AMD Ryzen 7000 is up to 31% faster than Intel’s best


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Feb 4, 2016
AMD officially announced its Ryzen 7000 processors at Computex 2022. The chips are built on the new Zen 4 architecture, which AMD says is up to 31% faster than the best Intel processors in certain applications. Details are light for now, but AMD says the new range will be available this fall.

We didn’t get any specs or model names at Computex, but AMD still showed off its flagship 16-core chip rendering an image in Blender 31% faster than Intel’s Core i9-12900K. The company dipped its toes in gaming, as well, showing a pre-production 16-core chip running Ghostwire Tokyo while boosting around 5.5GHz. That’s without overclocking, as well.


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May 26, 2014
Pay attention to this: "AMD says is up to 31% faster than the best Intel processors in certain applications."

AMD said that Ryzen 7000 (Zen 4) will be 15 % faster than previous generation (Ryzen 5000), this isnt a 15 % IPC uplift, it is considering the higher frequencies, so as it was announced it isnt that great and it will deliver almost the same performance level of Intel Alder Lake in most applications.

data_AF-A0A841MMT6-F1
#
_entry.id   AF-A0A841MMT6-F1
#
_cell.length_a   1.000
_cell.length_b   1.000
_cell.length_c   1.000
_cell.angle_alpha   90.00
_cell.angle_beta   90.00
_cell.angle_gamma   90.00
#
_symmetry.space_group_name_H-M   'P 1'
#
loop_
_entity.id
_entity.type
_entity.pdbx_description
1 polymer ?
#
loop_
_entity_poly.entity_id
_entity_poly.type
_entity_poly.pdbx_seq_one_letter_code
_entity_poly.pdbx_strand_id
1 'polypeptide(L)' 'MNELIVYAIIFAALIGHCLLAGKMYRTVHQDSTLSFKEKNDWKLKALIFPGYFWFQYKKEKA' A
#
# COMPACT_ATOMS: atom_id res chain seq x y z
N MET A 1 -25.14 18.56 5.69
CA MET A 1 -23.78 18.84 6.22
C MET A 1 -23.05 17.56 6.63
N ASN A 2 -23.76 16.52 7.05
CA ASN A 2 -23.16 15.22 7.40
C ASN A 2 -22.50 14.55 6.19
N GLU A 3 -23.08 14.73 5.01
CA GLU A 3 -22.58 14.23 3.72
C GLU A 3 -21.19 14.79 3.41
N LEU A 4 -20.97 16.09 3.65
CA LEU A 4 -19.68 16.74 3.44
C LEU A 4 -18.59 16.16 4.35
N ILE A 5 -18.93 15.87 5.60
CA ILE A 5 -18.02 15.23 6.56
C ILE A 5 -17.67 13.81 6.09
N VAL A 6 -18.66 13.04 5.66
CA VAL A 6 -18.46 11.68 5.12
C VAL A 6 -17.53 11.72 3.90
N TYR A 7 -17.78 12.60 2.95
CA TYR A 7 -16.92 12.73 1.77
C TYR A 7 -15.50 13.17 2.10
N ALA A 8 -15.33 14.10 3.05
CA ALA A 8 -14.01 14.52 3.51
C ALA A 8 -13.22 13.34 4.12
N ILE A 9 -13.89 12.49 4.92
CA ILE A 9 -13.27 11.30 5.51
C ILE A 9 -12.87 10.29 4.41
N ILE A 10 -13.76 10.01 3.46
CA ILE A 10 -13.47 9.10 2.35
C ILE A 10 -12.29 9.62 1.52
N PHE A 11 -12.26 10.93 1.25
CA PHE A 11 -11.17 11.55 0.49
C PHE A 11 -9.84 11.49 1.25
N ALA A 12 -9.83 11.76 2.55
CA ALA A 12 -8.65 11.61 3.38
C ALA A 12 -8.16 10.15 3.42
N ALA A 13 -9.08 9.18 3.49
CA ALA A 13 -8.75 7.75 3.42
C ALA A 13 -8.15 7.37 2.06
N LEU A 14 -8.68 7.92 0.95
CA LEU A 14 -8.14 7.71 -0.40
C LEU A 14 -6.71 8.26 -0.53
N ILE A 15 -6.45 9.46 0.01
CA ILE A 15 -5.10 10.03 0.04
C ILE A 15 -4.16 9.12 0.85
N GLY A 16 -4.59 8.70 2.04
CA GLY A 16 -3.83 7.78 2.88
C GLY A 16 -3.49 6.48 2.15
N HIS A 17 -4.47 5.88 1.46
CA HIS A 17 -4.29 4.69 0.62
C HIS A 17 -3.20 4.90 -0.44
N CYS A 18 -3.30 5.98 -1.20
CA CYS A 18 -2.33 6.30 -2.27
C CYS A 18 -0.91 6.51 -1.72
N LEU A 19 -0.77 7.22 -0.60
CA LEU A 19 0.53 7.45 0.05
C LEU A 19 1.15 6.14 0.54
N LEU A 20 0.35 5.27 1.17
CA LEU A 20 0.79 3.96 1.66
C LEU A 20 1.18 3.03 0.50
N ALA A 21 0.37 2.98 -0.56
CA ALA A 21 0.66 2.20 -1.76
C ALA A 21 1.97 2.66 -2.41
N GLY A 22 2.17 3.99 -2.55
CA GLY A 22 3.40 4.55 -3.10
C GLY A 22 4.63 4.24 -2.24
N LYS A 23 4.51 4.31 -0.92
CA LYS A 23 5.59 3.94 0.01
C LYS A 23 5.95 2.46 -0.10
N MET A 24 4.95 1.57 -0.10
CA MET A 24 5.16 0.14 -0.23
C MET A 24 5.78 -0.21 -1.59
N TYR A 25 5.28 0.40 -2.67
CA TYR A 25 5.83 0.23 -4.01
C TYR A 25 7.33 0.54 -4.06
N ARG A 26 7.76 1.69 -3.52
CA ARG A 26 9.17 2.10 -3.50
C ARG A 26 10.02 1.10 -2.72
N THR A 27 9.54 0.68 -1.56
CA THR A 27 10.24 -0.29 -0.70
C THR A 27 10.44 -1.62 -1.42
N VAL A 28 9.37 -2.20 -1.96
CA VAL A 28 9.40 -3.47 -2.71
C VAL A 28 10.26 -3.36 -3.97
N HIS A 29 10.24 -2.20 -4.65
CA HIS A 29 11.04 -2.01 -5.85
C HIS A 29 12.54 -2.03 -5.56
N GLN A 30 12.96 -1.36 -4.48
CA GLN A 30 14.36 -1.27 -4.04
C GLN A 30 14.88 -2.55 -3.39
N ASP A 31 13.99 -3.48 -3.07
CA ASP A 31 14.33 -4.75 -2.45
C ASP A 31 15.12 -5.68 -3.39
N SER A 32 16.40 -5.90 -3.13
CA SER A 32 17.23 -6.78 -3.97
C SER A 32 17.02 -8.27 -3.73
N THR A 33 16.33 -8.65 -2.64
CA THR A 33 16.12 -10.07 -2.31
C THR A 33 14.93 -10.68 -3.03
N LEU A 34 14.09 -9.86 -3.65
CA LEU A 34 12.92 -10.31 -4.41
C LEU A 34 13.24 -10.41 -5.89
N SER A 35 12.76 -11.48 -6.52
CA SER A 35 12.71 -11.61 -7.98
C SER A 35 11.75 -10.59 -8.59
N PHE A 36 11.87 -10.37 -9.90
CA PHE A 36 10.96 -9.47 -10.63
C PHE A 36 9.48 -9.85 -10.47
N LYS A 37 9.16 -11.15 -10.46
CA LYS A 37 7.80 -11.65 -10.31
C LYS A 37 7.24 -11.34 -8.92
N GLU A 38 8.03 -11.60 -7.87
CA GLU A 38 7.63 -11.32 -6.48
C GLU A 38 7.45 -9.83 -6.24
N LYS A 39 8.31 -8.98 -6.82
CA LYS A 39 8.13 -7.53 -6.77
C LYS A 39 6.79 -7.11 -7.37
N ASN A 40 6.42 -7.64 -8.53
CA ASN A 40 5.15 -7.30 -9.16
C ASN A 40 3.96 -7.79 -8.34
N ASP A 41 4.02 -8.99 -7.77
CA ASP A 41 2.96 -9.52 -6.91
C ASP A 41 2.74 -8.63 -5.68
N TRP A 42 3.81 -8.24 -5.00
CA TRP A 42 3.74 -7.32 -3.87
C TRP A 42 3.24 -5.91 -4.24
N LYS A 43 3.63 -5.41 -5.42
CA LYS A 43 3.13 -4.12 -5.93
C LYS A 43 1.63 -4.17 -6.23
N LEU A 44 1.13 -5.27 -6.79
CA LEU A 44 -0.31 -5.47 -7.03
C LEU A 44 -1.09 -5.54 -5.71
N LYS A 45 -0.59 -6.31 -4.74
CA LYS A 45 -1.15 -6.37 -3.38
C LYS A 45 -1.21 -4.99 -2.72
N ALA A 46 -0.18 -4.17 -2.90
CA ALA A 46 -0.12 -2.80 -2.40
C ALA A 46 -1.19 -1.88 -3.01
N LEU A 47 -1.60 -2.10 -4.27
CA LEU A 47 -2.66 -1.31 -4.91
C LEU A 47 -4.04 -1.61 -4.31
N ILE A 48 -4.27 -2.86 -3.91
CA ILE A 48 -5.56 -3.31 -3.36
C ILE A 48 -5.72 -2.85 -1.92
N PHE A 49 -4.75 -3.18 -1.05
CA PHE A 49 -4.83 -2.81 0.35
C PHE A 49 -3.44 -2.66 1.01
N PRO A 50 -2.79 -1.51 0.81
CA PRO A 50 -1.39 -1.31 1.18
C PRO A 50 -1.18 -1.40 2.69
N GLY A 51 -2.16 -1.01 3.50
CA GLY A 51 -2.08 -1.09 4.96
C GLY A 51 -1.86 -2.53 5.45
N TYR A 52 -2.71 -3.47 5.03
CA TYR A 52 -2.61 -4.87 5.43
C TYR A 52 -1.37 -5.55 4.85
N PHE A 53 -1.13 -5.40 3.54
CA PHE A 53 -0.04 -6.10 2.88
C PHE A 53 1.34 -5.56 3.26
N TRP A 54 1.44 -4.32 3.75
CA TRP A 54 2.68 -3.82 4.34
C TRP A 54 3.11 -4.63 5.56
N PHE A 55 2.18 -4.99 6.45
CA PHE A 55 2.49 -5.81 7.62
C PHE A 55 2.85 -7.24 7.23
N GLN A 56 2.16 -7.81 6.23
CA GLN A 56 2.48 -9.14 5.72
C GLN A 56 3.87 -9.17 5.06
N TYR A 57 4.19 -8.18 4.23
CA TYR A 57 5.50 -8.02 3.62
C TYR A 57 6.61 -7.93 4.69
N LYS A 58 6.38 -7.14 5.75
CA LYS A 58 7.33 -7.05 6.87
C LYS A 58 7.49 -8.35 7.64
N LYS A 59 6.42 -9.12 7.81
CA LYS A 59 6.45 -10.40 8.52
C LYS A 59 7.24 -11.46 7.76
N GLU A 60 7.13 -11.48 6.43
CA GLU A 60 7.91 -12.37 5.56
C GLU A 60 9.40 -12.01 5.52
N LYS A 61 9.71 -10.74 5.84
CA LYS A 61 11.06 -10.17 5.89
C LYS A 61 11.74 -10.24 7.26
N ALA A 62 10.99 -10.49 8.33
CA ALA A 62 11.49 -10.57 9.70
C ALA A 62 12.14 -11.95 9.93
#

This isnt that great because Intel has Raptor Lake coming soon, thats what Ryzen 7000 will compete against ...


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Apr 1, 2019
Let’s also not forget AMD still is a somewhat less stable platform than Intel. I have and love a 5800x on an x570 board, but I have had more driver and bios issues with this setup than I ever had with my last few Intel systems. Great hardware, sometimes shaky firmware.


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Sep 21, 2021
AMD said that Ryzen 7000 (Zen 4) will be 15 % faster than previous generation (Ryzen 5000).
It's > 15% single thread only. AMD did demonstrate the CPU boosting up to 5.5 GHz, I'll assume this is the max boost without PBO, the previous generation max boost was 4.9 GHz, and thus minimum expected IPC gain is 2.4%.

I never saw AMD present a complete IPC gain graph like Intel did in the 10nm Ice Lake presentation (5-40% gain with an average of 18%), perhaps 9% for AMD based on this irrelevant data.

In this cherry-picked "certain application" = Blender, R9 5950X is already 11% faster than i9-12900K.
If all core clock is the same, the IPC gain on Blender is roughly 23%.
And if all core boost is increased the same amount as the single-core (12%), I'll expect the IPC gain of 12% on Blender (compared to Zen+ to Zen 2, 15% gain I think).
I highly doubt AMD will be able to retake the single-core crown in Cinebench R23. Power efficiency and gaming performance are still largely unknown.
Not sure if I calculated it right, I might be a little off. Alas, this is just my speculation.
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